• Not only that, but the process of authorizing private companies to use such data was a time-consuming process that unnecessarily tied up resources of government and private companies. Now, the private sector will be able to verify and adhere to guidelines without the government having to monitor everything it does, make the NGOs independent and free up government resources.
  • Government expects that through this policy, private companies will be able to innovate in the sector and produce more solutions based on it, which will lead to increased employment in the geospatial sector, while also promoting economic growth.
  • With the opening of such data, the efficiency of agriculture and related sectors will be proven, the government hopes.

 

GEOSPATIAL TECHNOLOGY:

  • Geospatial technologies is a term used to describe the range of modern tools contributing to the geographic geospatial mapping and analysis of the Earth and human societies. It is the technology used to acquire, manipulate, and store geographic information. GIS is one form of geospatial technology.
  • There are now a variety of types of geospatial technologies including the following:
  • Remote Sensing: imagery and data collected from space- or airborne camera and sensor platforms. Some commercial satellite image providers now offer images showing details of one-meter or smaller, making these images appropriate for monitoring humanitarian needs and human rights abuses.
  • Geographic Information Systems (GIS): a suite of software tools for geospatial mapping and analyzing data which is georeferenced (assigned a specific location on the surface of the Earth, otherwise known as geospatial data). Geographic Information Systems can be used to detect geographic patterns in other data, such as disease clusters resulting from toxins, sub-optimal water access, etc.
  • Global Positioning System (GPS): a network of satellites which can give precise coordinate locations to civilian and military users with proper receiving equipment
  • Internet Mapping Technologies: software programs like Google Earth and web features like Microsoft Virtual Earth are changing the way geospatial data is viewed and shared. The developments in user interface are also making such technologies available to a wider audience whereas traditional GIS has been reserved for specialists and those who invest time in learning complex software programs.

 

 

GEOSPATIAL TECHNOLOGY IN INDIA:

 

National Geospatial Policy 2016

  • Existing Related Policies
  • The National Map Policy 2005 (NMP-2005) defines the scope, distribution and liberalized access of digital Survey of India (SOI) topographic maps to user groups without jeopardizing national security.
  • The Civil Aviation Requirement (CAR), 2012 detailing procedure for issuance of flight clearances for agencies undertaking aerial photography, geophysical surveys, cloud seeding etc.
  • The Remote Sensing Data Policy (RSDP - 2001 and 2011) defining the distribution process of satellite images to different category of users.
  • The National Data Sharing and Accessibility Policy-2012 (NDSAP-2012) providing an enabling provision and platform for proactive and open access to the data generated through public funds available with various departments / organizations of Government of India.
  • The objective of the policy is to empower people through Geospatial Data, Products, Solutions and Services. This would involve creation, management, access, sharing and dissemination of quality assured products, services and solutions through standards to enable government, academic, private organizations and NGOs more effective economic and social benefits.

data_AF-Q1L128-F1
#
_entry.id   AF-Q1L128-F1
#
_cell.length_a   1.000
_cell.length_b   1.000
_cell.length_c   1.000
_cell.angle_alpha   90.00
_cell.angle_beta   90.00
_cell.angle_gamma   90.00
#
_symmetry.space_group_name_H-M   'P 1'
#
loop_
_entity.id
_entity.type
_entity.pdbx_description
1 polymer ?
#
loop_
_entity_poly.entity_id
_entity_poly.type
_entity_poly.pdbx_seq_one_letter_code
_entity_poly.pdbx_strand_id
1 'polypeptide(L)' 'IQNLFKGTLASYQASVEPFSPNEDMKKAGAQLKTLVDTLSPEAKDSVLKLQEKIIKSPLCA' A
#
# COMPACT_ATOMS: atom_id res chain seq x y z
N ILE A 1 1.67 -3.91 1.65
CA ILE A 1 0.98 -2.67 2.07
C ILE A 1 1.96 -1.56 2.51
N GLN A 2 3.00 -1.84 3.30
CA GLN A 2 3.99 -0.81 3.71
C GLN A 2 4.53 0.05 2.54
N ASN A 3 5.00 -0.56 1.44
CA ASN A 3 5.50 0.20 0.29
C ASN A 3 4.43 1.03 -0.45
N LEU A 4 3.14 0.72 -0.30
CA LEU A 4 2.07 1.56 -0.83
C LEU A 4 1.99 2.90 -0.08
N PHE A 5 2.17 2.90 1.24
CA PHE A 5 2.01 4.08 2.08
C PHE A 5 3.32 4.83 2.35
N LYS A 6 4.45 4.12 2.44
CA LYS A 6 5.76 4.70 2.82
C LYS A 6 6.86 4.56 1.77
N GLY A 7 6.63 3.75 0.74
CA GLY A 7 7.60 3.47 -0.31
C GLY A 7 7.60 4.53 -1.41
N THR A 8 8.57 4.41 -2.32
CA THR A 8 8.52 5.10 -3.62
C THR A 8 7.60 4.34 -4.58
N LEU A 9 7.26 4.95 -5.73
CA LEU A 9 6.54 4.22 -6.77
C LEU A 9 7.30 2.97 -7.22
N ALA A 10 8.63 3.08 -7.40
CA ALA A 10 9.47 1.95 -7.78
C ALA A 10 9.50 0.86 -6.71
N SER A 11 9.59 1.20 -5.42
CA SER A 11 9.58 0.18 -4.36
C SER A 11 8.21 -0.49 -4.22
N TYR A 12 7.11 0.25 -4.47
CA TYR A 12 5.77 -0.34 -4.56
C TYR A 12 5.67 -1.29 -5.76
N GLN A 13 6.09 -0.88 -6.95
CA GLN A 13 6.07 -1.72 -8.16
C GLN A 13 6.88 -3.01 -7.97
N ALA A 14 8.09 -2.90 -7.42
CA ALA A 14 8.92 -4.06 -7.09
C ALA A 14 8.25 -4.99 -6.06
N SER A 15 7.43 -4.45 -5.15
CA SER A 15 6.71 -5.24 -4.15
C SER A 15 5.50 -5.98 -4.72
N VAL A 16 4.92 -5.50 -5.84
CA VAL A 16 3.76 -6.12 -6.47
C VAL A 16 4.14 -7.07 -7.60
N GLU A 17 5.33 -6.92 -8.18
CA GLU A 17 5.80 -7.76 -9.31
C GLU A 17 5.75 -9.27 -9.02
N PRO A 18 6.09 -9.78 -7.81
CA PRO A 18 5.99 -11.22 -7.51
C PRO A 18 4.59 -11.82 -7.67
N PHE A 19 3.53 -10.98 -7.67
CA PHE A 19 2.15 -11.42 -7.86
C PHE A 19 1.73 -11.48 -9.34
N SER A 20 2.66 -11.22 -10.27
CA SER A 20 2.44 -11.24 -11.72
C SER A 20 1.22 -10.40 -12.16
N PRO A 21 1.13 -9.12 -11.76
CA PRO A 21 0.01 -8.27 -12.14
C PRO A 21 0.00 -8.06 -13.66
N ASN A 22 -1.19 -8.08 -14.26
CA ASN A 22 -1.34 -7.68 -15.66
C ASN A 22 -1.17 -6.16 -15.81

• The Policy covers all products, solutions, and services using geospatial data in supersession of the above policies to the extent stated in this policy.
  • Types of Access of geospatial data: open, restricted, automatic registered, authorised registered
  • All Geospatial Data, Products, Solutions and Services should conform to national and international standards
  • Role of private sector in all spheres of geospatial domain is recognised and be utilized. This would be facilitated by guidelines and templates for partnership with geospatial industry.
  • A programme be launched to encourage innovation and start ups looking into geo value chain for development of apps.
  • NGP encourages technology independent solutions for inclusive development.
  • Implementation, Steering and oversight committees to be constituted.
  • Government institutions / agencies are mandated to make geospatial data available to all other government institutions / agencies at no cost.
  • A National Geospatial University be created to strengthen research, education and training
  • Formation of a public-private partnership mechanism

 

Geospatial Information Regulation Bill, 2016

  • According to the draft, it will be mandatory to take permission from a government authority before acquiring, disseminating, publishing or distributing any geospatial information of India.
  • Any addition or creation of anything that has to do with any geospatial information - or location - within the territory of India will need the permission of the government or, in this case, a Security Vetting Authority.
  • Security Vetting Authority grants licenses to organisations/individuals who want to use geospatial data.
  • Illegal acquisition, dissemination, publication, usd or distribution of geospatial information of India - Fine and/or imprisonment.

 

Indian geospatial economy  

(Indian Geospatial Economy Report 2018, released by Geospatial Media

  • The Indian geospatial economy value is $3.07 billion and it employs over 250,000 people across the country.
  • Of this, the domestic market is estimated at $1.14 billion in FY 2017-18 growing at a compound annual growth rate of 12.9%.
  • It may be noted that this growth rate is greater than the global average of 11.5% CAGR during the same period.
  • Indian geospatial industry is strong in the services domain.
  • The major growth drivers for the geospatial industry have been the push by federal and state governments for robust physical infrastructure, effective governance delivery including e-governance and digital economy initiatives, integrated programs on urban and rural development initiatives such as Smart Cities, RURBAN clusters etc.